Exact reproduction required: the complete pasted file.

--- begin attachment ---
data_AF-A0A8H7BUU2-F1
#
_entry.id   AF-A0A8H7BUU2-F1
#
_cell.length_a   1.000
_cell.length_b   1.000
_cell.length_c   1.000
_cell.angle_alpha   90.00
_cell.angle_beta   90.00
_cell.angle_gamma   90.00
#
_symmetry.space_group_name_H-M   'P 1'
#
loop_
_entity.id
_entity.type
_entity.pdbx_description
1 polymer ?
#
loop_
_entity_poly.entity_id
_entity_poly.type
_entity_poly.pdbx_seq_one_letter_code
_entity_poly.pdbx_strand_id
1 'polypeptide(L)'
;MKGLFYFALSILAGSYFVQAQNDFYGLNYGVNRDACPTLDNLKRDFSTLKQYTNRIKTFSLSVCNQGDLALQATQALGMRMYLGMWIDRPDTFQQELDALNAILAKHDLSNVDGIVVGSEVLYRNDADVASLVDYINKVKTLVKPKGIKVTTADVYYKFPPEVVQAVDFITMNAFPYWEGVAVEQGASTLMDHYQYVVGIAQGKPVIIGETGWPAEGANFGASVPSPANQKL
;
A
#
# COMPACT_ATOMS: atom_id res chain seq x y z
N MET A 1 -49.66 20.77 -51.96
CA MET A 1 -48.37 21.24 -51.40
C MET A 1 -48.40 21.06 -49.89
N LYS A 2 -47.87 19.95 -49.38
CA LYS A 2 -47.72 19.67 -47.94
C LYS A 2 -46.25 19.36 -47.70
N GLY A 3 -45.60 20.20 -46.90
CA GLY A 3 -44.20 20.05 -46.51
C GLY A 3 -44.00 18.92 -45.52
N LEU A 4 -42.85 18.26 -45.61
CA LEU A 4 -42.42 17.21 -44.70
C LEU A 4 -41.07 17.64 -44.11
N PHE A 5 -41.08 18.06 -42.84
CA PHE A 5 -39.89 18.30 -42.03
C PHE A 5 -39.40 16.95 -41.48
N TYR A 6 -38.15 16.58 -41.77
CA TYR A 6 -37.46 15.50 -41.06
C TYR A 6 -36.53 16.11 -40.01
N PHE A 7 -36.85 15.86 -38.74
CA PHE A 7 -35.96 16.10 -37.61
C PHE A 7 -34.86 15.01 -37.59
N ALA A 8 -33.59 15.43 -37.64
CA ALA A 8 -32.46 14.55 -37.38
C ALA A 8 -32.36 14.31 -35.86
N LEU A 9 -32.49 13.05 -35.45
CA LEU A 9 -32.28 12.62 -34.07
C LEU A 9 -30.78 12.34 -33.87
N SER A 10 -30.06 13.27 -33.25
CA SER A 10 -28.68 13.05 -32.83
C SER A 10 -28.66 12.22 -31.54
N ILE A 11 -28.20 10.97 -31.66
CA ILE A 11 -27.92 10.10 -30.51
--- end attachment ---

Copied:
data_AF-A0A8H7BUU2-F1
#
_entry.id   AF-A0A8H7BUU2-F1
#
_cell.length_a   1.000
_cell.length_b   1.000
_cell.length_c   1.000
_cell.angle_alpha   90.00
_cell.angle_beta   90.00
_cell.angle_gamma   90.00
#
_symmetry.space_group_name_H-M   'P 1'
#
loop_
_entity.id
_entity.type
_entity.pdbx_description
1 polymer ?
#
loop_
_entity_poly.entity_id
_entity_poly.type
_entity_poly.pdbx_seq_one_letter_code
_entity_poly.pdbx_strand_id
1 'polypeptide(L)'
;MKGLFYFALSILAGSYFVQAQNDFYGLNYGVNRDACPTLDNLKRDFSTLKQYTNRIKTFSLSVCNQGDLALQATQALGMRMYLGMWIDRPDTFQQELDALNAILAKHDLSNVDGIVVGSEVLYRNDADVASLVDYINKVKTLVKPKGIKVTTADVYYKFPPEVVQAVDFITMNAFPYWEGVAVEQGASTLMDHYQYVVGIAQGKPVIIGETGWPAEGANFGASVPSPANQKL
;
A
#
# COMPACT_ATOMS: atom_id res chain seq x y z
N MET A 1 -49.66 20.77 -51.96
CA MET A 1 -48.37 21.24 -51.40
C MET A 1 -48.40 21.06 -49.89
N LYS A 2 -47.87 19.95 -49.38
CA LYS A 2 -47.72 19.67 -47.94
C LYS A 2 -46.25 19.36 -47.70
N GLY A 3 -45.60 20.20 -46.90
CA GLY A 3 -44.20 20.05 -46.51
C GLY A 3 -44.00 18.92 -45.52
N LEU A 4 -42.85 18.26 -45.61
CA LEU A 4 -42.42 17.21 -44.70
C LEU A 4 -41.07 17.64 -44.11
N PHE A 5 -41.08 18.06 -42.84
CA PHE A 5 -39.89 18.30 -42.03
C PHE A 5 -39.40 16.95 -41.48
N TYR A 6 -38.15 16.58 -41.77
CA TYR A 6 -37.46 15.50 -41.06
C TYR A 6 -36.53 16.11 -40.01
N PHE A 7 -36.85 15.86 -38.74
CA PHE A 7 -35.96 16.10 -37.61
C PHE A 7 -34.86 15.01 -37.59
N ALA A 8 -33.59 15.43 -37.64
CA ALA A 8 -32.46 14.55 -37.38
C ALA A 8 -32.36 14.31 -35.86
N LEU A 9 -32.49 13.05 -35.45
CA LEU A 9 -32.28 12.62 -34.07
C LEU A 9 -30.78 12.34 -33.87
N SER A 10 -30.06 13.27 -33.25
CA SER A 10 -28.68 13.05 -32.83
C SER A 10 -28.66 12.22 -31.54
N ILE A 11 -28.20 10.97 -31.66
CA ILE A 11 -27.92 10.10 -30.51